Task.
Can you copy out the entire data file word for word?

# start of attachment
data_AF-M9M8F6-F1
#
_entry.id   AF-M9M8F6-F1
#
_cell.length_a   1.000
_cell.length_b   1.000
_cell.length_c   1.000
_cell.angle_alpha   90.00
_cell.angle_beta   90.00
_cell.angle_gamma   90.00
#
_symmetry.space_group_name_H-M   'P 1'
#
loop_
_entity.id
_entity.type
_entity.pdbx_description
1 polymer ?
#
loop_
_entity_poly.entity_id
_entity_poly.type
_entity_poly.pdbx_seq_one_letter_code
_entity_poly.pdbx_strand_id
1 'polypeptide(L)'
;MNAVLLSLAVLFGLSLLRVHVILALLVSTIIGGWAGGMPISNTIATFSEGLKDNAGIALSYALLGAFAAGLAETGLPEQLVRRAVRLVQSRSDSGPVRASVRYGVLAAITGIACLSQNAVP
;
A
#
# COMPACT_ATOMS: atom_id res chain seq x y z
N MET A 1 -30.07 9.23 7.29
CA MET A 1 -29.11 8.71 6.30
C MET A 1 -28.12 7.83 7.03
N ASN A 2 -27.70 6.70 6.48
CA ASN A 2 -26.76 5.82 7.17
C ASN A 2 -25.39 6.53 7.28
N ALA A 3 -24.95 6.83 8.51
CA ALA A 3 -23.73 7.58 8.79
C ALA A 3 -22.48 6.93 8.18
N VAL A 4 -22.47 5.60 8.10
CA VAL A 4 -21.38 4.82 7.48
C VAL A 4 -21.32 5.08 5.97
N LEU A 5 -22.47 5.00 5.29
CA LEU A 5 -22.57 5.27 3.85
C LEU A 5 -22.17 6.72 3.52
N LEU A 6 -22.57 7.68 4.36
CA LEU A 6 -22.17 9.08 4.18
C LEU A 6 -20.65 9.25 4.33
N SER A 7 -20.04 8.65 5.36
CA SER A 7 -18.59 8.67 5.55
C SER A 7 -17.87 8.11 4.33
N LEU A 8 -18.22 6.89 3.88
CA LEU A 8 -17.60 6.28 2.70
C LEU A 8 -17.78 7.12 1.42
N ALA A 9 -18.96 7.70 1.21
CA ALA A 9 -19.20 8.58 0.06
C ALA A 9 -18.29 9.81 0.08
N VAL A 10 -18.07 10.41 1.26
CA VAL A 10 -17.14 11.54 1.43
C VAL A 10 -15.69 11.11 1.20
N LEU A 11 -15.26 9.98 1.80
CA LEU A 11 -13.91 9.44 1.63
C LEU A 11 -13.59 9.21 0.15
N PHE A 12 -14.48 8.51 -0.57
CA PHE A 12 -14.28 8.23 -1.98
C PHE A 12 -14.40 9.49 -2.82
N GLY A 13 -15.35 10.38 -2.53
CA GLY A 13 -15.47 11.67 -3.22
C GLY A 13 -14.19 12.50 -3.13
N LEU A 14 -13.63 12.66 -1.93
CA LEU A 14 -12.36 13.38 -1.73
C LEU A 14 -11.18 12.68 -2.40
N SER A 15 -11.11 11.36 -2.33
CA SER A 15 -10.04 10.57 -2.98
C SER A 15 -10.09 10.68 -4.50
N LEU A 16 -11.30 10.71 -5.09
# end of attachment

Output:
data_AF-M9M8F6-F1
#
_entry.id   AF-M9M8F6-F1
#
_cell.length_a   1.000
_cell.length_b   1.000
_cell.length_c   1.000
_cell.angle_alpha   90.00
_cell.angle_beta   90.00
_cell.angle_gamma   90.00
#
_symmetry.space_group_name_H-M   'P 1'
#
loop_
_entity.id
_entity.type
_entity.pdbx_description
1 polymer ?
#
loop_
_entity_poly.entity_id
_entity_poly.type
_entity_poly.pdbx_seq_one_letter_code
_entity_poly.pdbx_strand_id
1 'polypeptide(L)'
;MNAVLLSLAVLFGLSLLRVHVILALLVSTIIGGWAGGMPISNTIATFSEGLKDNAGIALSYALLGAFAAGLAETGLPEQLVRRAVRLVQSRSDSGPVRASVRYGVLAAITGIACLSQNAVP
;
A
#
# COMPACT_ATOMS: atom_id res chain seq x y z
N MET A 1 -30.07 9.23 7.29
CA MET A 1 -29.11 8.71 6.30
C MET A 1 -28.12 7.83 7.03
N ASN A 2 -27.70 6.70 6.48
CA ASN A 2 -26.76 5.82 7.17
C ASN A 2 -25.39 6.53 7.28
N ALA A 3 -24.95 6.83 8.51
CA ALA A 3 -23.73 7.58 8.79
C ALA A 3 -22.48 6.93 8.18
N VAL A 4 -22.47 5.60 8.10
CA VAL A 4 -21.38 4.82 7.48
C VAL A 4 -21.32 5.08 5.97
N LEU A 5 -22.47 5.00 5.29
CA LEU A 5 -22.57 5.27 3.85
C LEU A 5 -22.17 6.72 3.52
N LEU A 6 -22.57 7.68 4.36
CA LEU A 6 -22.17 9.08 4.18
C LEU A 6 -20.65 9.25 4.33
N SER A 7 -20.04 8.65 5.36
CA SER A 7 -18.59 8.67 5.55
C SER A 7 -17.87 8.11 4.33
N LEU A 8 -18.22 6.89 3.88
CA LEU A 8 -17.60 6.28 2.70
C LEU A 8 -17.78 7.12 1.42
N ALA A 9 -18.96 7.70 1.21
CA ALA A 9 -19.20 8.58 0.06
C ALA A 9 -18.29 9.81 0.08
N VAL A 10 -18.07 10.41 1.26
CA VAL A 10 -17.14 11.54 1.43
C VAL A 10 -15.69 11.11 1.20
N LEU A 11 -15.26 9.98 1.80
CA LEU A 11 -13.91 9.44 1.63
C LEU A 11 -13.59 9.21 0.15
N PHE A 12 -14.48 8.51 -0.57
CA PHE A 12 -14.28 8.23 -1.98
C PHE A 12 -14.40 9.49 -2.82
N GLY A 13 -15.35 10.38 -2.53
CA GLY A 13 -15.47 11.67 -3.22
C GLY A 13 -14.19 12.50 -3.13
N LEU A 14 -13.63 12.66 -1.93
CA LEU A 14 -12.36 13.38 -1.73
C LEU A 14 -11.18 12.68 -2.40
N SER A 15 -11.11 11.36 -2.33
CA SER A 15 -10.04 10.57 -2.98
C SER A 15 -10.09 10.68 -4.50
N LEU A 16 -11.30 10.71 -5.09